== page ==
Saturday Review: In Cold Blood

“I got this idea of doing a really serious big work—it would be precisely like a novel, with a single difference: Every word of it would be true from beginning to end.” — Truman Capote.

Nonfiction is so in right now. There was even a “festival” of sorts in Melbourne  last week, called Non Fiction Now, and the Melbourne Writers Festival for 2012 focused on the style. But it’s not the straight telling of facts that so captures the interests writers and readers alike. It’s how the truth is told, and how much story is rung from the facts.

In Cold Blood follows the murder of the Clutter Family by Dick Hickock and Perry Smith. It is an exemplar of the “true crime” genre, and a trendsetter in narrative non-fiction. The book covers issues of capital punishment, redemption, the American idyll, and much else. What’s most interesting about In Cold Blood is that it was published a good year after the hanging of the murder, so almost all the facts were already widely known.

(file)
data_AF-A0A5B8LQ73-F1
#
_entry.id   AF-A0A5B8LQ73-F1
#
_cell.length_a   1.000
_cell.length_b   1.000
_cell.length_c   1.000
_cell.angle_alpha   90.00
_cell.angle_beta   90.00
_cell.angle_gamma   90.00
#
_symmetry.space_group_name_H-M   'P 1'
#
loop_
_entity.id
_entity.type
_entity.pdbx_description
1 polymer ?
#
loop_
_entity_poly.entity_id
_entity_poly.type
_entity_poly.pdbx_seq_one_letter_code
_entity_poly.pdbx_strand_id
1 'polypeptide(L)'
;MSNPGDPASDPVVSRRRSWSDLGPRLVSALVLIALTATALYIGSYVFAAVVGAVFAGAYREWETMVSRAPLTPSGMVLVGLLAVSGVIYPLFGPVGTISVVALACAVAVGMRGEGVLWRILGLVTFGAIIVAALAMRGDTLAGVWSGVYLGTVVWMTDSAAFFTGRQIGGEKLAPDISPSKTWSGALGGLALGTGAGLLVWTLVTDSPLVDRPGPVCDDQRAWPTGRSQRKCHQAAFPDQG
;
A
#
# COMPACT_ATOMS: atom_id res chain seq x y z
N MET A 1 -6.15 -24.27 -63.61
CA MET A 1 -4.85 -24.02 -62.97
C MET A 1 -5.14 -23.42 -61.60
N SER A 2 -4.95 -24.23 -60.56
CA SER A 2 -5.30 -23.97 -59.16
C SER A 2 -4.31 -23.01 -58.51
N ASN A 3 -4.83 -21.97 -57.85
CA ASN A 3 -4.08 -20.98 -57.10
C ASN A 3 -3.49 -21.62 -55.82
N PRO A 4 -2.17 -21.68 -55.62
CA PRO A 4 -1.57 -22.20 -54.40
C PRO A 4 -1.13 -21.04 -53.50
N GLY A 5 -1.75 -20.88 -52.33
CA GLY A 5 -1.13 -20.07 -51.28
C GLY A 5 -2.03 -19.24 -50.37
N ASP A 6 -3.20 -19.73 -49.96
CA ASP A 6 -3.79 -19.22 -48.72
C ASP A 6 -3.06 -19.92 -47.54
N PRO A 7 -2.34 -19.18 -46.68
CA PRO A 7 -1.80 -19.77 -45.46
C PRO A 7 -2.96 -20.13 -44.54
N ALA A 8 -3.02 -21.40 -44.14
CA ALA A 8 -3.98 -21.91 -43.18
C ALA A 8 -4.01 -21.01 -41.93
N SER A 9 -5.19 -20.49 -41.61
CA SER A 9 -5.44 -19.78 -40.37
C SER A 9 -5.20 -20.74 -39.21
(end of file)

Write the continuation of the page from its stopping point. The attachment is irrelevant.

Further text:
Capote had to step it up a notch.

And, boy, did he ever. The writing is superb, and despite 350 pages of what is essentially an open and shut case, Capote manages to draw fantastic imagery interspersed with interviews and transcripts. It’s hard to believe that it’s all true—certainly some of the dialogue would have been invented—but it’s the creative expression that makes the book so special. I don’t think much of true crime, but this is so much more; In Cold Blood is a deep study of criminology and how it affects those touched by terrible deeds. We empathise deeply with these people, who led real lives. It’s not hard to see how it inspired a genre.

But what can it inspire in me? For one thing, Capote took extensive notes and research. He was there during the case, following it, tracking it, keeping close like a vulture over a corpse, all in order to better describe it. If I want to write nonfiction, it needs to be created and crafted, perfected and laid out how I want it, not necessarily how it was in real life. I can only hope that one day I can write even half as well as Capote. Finally, the most important point is that perhaps every piece of writing needs a bit of fiction injected into it, a thread of creativity to make the truth even more vibrant.

Do you like creative nonfiction? What great “true” reads could you recommend, and what made it more than just a factual retelling?

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